In imperial time, the Eagle with spread wings became a symbol of Roman power and specifically of the empire.
This is the use of this symbol of Rome by later movements such as fascism made their own as a Rome symbol of power.
Good to know: when represented with a double head, the Rome eagle symbolizes the unity of the two parts of the Roman Empire, the east and the west, after their division.
The Fascia (fasces)
The Roman fascia (fasces) are a bundle of long wooden rods laced together and often surmounted by an ax.
The fasces were the symbols of the power of the magistrates and of legal order.
They date back to Roman Republican times when the magistrates’ roles and the cursus honorum were set.
Two lictors accompanying the magistrate carried them, and they were therefore called Fasci Littori.
It is significant to notice that while the fasces have been associated with absolute power in more modern times, this was not the case in ancient Rome.
Even the magistrature of the dictator in Rome was within the law and was subject to strict regulations, so the fasces are not a symbol of arbitrary and coercive power but of lawful order.
This original meaning is also behind the adoption of the fasces as a symbol during the french revolution and in American democracy (statue holding them): their use by Mussolini, while often the best known, is also the least loyal to the original meaning of this symbol in Rome.
Good to know: the ax was a powerful religious symbol in ancient Crete and in Greek Mythology. It was called labrys and had a strong connotation as a feminine power. In Etruscan times, it became the symbol of the sacrality of the social pacts and, as such, passed into Roman symbolism. The version with two blades is called bipenne.
Ancient Roman coins and many statues in Rome show influential figures holding a globe in their hand as a Rome symbol of power. The globe was one of the most successful roman symbols and has been largely used by monarchies in Europe to represent power and wisdom.
In ancient Roman times, the laurel tree symbolizes the god Apollo and is a symbol of triumph.
Laurel has been described as sacred to Apollo already in greek mythology and the Romans maintained this use: laurel is represented in triumphal crowns as a sign of victory and was also in use ornamental plant in the times of the roman empire.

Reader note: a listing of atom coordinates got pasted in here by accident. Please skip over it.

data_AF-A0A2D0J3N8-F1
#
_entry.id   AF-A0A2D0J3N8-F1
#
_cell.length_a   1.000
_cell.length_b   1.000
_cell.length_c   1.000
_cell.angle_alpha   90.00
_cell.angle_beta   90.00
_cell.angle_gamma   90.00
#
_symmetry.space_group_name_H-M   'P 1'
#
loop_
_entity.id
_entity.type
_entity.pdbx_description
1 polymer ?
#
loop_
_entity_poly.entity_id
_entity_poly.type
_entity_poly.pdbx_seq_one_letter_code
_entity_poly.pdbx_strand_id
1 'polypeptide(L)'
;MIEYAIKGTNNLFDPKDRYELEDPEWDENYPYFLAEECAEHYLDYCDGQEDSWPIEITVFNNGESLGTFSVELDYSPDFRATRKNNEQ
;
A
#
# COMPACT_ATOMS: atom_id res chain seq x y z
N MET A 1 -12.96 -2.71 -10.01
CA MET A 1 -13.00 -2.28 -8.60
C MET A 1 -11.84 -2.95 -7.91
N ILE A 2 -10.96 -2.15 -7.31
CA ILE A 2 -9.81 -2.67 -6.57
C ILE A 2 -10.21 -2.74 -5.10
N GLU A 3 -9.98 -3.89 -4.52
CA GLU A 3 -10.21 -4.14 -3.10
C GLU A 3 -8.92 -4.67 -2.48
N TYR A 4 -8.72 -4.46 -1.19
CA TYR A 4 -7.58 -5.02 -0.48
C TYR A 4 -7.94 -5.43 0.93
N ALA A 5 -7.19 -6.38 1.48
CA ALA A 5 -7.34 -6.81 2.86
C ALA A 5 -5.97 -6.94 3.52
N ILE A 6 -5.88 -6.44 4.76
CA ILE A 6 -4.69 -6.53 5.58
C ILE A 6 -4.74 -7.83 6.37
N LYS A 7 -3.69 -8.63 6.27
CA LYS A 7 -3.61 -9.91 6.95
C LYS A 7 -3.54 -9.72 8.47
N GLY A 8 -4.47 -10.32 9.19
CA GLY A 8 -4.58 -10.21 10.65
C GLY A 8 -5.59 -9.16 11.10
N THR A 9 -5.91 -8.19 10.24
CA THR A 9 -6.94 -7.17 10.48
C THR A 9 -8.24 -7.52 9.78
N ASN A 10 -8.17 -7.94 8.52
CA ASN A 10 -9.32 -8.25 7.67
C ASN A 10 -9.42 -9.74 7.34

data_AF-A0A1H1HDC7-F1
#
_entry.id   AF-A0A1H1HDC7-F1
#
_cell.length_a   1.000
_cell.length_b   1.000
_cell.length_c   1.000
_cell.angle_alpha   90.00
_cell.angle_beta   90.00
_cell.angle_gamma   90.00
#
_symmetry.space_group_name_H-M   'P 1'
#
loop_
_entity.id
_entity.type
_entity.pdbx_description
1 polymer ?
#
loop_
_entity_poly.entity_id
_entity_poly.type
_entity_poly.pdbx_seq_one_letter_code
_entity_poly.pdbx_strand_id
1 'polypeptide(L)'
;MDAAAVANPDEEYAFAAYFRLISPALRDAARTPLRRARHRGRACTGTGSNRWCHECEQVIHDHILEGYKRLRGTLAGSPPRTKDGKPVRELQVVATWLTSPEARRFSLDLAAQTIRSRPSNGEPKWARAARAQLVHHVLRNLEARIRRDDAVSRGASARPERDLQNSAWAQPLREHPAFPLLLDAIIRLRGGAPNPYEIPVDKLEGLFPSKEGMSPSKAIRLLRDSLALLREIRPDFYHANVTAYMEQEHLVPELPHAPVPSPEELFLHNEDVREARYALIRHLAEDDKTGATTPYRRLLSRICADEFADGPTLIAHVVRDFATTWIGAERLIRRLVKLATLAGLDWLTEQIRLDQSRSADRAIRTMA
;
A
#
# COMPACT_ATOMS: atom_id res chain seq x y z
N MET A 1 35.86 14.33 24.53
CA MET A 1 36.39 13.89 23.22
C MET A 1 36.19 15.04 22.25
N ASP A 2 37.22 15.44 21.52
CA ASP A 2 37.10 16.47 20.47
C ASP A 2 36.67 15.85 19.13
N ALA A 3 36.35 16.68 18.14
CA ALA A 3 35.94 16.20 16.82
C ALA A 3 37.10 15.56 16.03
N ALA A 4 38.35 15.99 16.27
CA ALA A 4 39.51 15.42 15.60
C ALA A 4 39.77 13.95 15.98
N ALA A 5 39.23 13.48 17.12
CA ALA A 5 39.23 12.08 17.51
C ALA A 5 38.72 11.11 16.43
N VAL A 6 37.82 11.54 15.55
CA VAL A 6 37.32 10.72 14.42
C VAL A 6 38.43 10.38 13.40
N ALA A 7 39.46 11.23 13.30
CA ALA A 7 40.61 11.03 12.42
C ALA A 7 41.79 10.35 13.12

The most notable example of this was the Mausoleum of Augustus, which was decorated with laurel and poplar plants.
Good to know: many other plants had symbolic meaning in ancient Rome. They are used extensively as meaningful decoration on the Vittoriano: you can read all about them here.
Modern symbols of Rome
As well as ancient Roman symbols, there are nowadays many landmarks in Rome that are so unique to now be effectively considered symbols of the city.
The most important are the Colosseum and, while technically a different country, the Vatican: the distinctive silhouettes of these two monuments evoke and symbolize Rome in anything from tourism brochures to local logos of restaurants and shops!
Roman mythology symbols
Roman mythology is rich in characters who become powerful symbols of natural forces, human conditions and cautionary tales.
In this sense, all Roman Gods have symbolic meaning. Therefore, the best way to learn about them is to learn Roman myths and legends. At a very quick glance, we can recall:
- Venus, Roman goddes of love and beauty, symbol of love as a generating force – usually represented as a beautiful woman, often accompanies by Cupid, in the form of a young boy with a bow
- Mars is the Roman God of war, symbol of war and destruction
- Apollo is the Roma God of the Sun, symbol of the sun and light – his symbol was the laurel tree
- Minerva is the Roman Goddess of knowledge symbol of knowledge, often represented as a woman in full armour
- Mercury is the Roman God of trade and commerce, symbol of connections
- Asclepius is the Roman God of medicice, symbol of regeneration and health, often represented with a snake clumbing a rod (this is still nowadays the symbol of pharmacy shops!)
- Jupiter, Rome supreme God, symbol of all power: his symbols were the eagle and lighting
- Juno, Roma Goddess of the sky, birth and marriage, a symbol of feminine power and birth
Other Roman symbols you will see in the city
The Rome Coat of arms (scudo) – the symbol of Rome today- is a coat of arms surmounted by a crown and with the acronym SPQR. You find this symbol on all official communications by the municipality administration, and you see it often represented on fountains and public use monuments and buildings.
Asclepius Rod – not a symbol of Rome but a symbol of the God Asclepius, it shows a snake climbing a rod. This is a powerful Greek and Roman symbol of renewal and health.
XRho – this is a Christian symbol of Christ, introduced by Constantine I the Great after his conversion.
Fish – again, not a symbol of Rome but a symbol you find in Rome and that represents Christ. The word ‘fish’ in ancient Greek reads ‘Ichtus,’ acronym of Iesus Xristus Teios Uios Soter (Jesus Christ Son of God Savior)
Bees – Bees are not a symbol of Rome city. Instead, they represent the Barberini family; they are on most sculptures commissioned by them, such as the barcaccia by Bernini, one of the most famous fountains in Rome.
I hope you enjoyed this quick overview of symbols of Rome and symbols you can see in Rome city!